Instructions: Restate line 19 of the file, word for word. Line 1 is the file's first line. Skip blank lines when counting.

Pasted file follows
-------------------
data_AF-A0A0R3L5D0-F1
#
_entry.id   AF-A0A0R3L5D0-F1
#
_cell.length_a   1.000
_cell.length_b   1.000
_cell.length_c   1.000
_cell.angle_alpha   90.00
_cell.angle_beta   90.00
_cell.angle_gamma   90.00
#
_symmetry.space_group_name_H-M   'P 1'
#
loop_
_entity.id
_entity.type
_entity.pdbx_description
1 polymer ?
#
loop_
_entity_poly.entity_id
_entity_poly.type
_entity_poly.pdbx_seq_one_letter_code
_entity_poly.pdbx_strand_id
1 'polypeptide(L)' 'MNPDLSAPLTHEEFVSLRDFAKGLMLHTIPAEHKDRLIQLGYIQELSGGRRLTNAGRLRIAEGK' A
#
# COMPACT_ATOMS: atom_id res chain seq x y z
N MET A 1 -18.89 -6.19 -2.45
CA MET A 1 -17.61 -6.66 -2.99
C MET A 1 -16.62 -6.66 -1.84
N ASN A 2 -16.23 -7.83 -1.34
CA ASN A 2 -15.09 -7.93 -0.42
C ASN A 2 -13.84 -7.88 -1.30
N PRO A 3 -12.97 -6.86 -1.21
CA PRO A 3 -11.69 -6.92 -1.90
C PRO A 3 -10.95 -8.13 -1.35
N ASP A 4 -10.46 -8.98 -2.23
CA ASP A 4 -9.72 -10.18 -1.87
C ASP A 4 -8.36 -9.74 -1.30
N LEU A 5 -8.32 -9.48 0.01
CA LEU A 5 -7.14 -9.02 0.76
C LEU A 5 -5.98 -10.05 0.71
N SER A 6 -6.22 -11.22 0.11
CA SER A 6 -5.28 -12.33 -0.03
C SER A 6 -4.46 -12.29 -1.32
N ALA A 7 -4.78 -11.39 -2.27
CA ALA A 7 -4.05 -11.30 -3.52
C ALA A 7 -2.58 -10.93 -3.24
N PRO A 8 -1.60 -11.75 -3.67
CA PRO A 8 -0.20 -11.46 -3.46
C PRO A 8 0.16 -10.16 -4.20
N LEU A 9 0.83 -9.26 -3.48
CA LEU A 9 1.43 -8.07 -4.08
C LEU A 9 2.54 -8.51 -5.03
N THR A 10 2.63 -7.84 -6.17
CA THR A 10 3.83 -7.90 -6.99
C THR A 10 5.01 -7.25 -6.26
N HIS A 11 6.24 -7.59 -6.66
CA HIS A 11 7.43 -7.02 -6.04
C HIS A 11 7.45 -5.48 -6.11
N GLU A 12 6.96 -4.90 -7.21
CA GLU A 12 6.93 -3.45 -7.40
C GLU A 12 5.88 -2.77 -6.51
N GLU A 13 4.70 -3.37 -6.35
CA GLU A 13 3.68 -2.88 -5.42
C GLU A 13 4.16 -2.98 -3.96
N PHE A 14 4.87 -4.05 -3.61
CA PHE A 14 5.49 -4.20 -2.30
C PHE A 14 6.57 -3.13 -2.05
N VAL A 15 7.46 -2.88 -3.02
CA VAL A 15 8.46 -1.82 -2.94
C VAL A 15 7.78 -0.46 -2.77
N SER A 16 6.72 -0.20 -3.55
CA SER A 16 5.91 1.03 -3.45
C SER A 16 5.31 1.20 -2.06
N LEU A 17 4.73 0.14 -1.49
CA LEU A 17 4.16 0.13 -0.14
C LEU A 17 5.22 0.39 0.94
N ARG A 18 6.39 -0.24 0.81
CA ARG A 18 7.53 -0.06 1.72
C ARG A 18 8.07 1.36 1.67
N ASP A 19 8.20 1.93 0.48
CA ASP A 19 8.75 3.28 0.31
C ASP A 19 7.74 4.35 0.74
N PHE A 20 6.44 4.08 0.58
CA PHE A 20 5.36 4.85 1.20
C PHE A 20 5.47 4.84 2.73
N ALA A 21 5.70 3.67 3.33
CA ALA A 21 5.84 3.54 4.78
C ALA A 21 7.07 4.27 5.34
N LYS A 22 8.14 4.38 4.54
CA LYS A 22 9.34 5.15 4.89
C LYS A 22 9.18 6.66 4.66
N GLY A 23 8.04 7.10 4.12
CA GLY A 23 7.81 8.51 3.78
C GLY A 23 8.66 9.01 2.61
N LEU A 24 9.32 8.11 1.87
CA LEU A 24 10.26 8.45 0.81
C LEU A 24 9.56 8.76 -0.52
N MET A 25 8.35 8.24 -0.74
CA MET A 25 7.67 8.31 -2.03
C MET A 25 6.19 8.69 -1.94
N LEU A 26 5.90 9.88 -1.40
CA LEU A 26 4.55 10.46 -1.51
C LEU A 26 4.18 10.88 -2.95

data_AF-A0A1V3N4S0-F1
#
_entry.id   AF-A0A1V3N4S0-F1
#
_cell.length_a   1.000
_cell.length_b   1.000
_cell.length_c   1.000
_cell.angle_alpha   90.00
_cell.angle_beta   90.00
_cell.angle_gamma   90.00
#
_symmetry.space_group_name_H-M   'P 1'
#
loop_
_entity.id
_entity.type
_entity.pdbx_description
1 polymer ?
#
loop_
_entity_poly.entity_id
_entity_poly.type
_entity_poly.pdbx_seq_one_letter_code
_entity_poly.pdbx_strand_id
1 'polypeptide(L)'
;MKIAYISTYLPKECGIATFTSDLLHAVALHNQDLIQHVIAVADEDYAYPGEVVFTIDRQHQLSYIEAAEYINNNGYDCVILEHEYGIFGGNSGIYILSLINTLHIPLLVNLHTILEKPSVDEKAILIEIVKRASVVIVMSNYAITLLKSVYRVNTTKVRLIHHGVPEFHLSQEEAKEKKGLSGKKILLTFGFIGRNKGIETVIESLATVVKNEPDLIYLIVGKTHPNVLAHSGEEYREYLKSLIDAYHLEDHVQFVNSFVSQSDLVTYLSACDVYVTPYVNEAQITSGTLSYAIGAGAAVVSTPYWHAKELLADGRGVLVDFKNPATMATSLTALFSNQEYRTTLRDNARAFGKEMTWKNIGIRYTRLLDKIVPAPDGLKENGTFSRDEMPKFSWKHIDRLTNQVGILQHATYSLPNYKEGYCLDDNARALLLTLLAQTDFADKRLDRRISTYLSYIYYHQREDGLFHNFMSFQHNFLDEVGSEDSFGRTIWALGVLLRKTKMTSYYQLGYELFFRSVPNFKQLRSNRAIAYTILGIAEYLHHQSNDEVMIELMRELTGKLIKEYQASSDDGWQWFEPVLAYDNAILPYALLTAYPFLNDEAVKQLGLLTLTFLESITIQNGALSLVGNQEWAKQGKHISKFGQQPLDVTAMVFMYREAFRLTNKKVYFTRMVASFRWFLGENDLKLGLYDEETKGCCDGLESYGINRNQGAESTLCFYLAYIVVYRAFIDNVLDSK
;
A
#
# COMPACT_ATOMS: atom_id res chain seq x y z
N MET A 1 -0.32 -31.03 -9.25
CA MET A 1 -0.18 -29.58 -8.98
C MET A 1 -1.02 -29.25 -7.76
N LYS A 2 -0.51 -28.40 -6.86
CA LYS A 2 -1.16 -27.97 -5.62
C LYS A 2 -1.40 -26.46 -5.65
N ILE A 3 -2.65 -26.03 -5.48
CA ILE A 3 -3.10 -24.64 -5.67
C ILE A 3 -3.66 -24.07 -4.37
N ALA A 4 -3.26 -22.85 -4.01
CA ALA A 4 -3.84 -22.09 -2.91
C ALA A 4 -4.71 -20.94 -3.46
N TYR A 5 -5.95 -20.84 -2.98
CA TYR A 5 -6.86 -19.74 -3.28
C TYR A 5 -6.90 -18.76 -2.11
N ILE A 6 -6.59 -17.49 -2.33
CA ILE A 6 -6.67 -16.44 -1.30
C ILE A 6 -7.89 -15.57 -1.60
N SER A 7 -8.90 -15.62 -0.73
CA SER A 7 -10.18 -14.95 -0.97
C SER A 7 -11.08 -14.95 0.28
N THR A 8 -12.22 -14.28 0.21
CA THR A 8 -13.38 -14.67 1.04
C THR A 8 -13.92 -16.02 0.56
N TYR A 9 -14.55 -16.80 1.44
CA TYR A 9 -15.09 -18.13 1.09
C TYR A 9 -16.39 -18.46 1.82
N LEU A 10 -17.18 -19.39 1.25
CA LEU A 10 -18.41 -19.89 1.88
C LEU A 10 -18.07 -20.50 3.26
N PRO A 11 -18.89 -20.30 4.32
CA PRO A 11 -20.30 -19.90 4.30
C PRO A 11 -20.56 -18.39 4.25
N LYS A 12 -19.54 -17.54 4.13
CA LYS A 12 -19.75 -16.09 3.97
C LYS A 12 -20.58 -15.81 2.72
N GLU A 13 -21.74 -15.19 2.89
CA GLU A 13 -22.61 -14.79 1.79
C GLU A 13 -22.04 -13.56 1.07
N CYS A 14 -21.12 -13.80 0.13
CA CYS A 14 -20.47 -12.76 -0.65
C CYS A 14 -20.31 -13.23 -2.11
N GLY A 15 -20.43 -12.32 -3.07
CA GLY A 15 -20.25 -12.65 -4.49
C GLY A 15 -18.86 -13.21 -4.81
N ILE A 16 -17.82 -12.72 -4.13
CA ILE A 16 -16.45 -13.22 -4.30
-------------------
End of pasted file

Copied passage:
#